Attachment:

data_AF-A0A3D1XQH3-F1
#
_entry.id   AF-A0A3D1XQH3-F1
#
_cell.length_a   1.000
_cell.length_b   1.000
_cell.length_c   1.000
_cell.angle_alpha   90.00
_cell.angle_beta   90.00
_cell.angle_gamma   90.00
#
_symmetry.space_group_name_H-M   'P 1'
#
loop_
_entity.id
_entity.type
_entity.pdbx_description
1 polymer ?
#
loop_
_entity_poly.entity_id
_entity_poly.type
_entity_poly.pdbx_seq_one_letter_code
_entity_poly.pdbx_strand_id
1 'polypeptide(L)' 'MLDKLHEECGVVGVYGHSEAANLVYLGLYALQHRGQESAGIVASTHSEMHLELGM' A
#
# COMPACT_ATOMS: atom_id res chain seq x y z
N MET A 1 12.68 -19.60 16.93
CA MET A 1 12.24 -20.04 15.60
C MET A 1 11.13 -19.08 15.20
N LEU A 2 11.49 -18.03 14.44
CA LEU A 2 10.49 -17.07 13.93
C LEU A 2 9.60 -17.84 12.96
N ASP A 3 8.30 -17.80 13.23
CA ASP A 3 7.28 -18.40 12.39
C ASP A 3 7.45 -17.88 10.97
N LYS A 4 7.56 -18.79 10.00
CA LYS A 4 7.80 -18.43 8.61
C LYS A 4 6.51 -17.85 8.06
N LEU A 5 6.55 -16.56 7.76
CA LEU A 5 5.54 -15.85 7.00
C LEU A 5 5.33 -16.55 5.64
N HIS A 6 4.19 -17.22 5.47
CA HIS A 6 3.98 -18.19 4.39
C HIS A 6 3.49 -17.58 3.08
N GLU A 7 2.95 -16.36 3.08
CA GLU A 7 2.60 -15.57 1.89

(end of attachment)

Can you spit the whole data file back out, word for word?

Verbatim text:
data_AF-A0A3D1XQH3-F1
#
_entry.id   AF-A0A3D1XQH3-F1
#
_cell.length_a   1.000
_cell.length_b   1.000
_cell.length_c   1.000
_cell.angle_alpha   90.00
_cell.angle_beta   90.00
_cell.angle_gamma   90.00
#
_symmetry.space_group_name_H-M   'P 1'
#
loop_
_entity.id
_entity.type
_entity.pdbx_description
1 polymer ?
#
loop_
_entity_poly.entity_id
_entity_poly.type
_entity_poly.pdbx_seq_one_letter_code
_entity_poly.pdbx_strand_id
1 'polypeptide(L)' 'MLDKLHEECGVVGVYGHSEAANLVYLGLYALQHRGQESAGIVASTHSEMHLELGM' A
#
# COMPACT_ATOMS: atom_id res chain seq x y z
N MET A 1 12.68 -19.60 16.93
CA MET A 1 12.24 -20.04 15.60
C MET A 1 11.13 -19.08 15.20
N LEU A 2 11.49 -18.03 14.44
CA LEU A 2 10.49 -17.07 13.93
C LEU A 2 9.60 -17.84 12.96
N ASP A 3 8.30 -17.80 13.23
CA ASP A 3 7.28 -18.40 12.39
C ASP A 3 7.45 -17.88 10.97
N LYS A 4 7.56 -18.79 10.00
CA LYS A 4 7.80 -18.43 8.61
C LYS A 4 6.51 -17.85 8.06
N LEU A 5 6.55 -16.56 7.76
CA LEU A 5 5.54 -15.85 7.00
C LEU A 5 5.33 -16.55 5.64
N HIS A 6 4.19 -17.22 5.47
CA HIS A 6 3.98 -18.19 4.39
C HIS A 6 3.49 -17.58 3.08
N GLU A 7 2.95 -16.36 3.08
CA GLU A 7 2.60 -15.57 1.89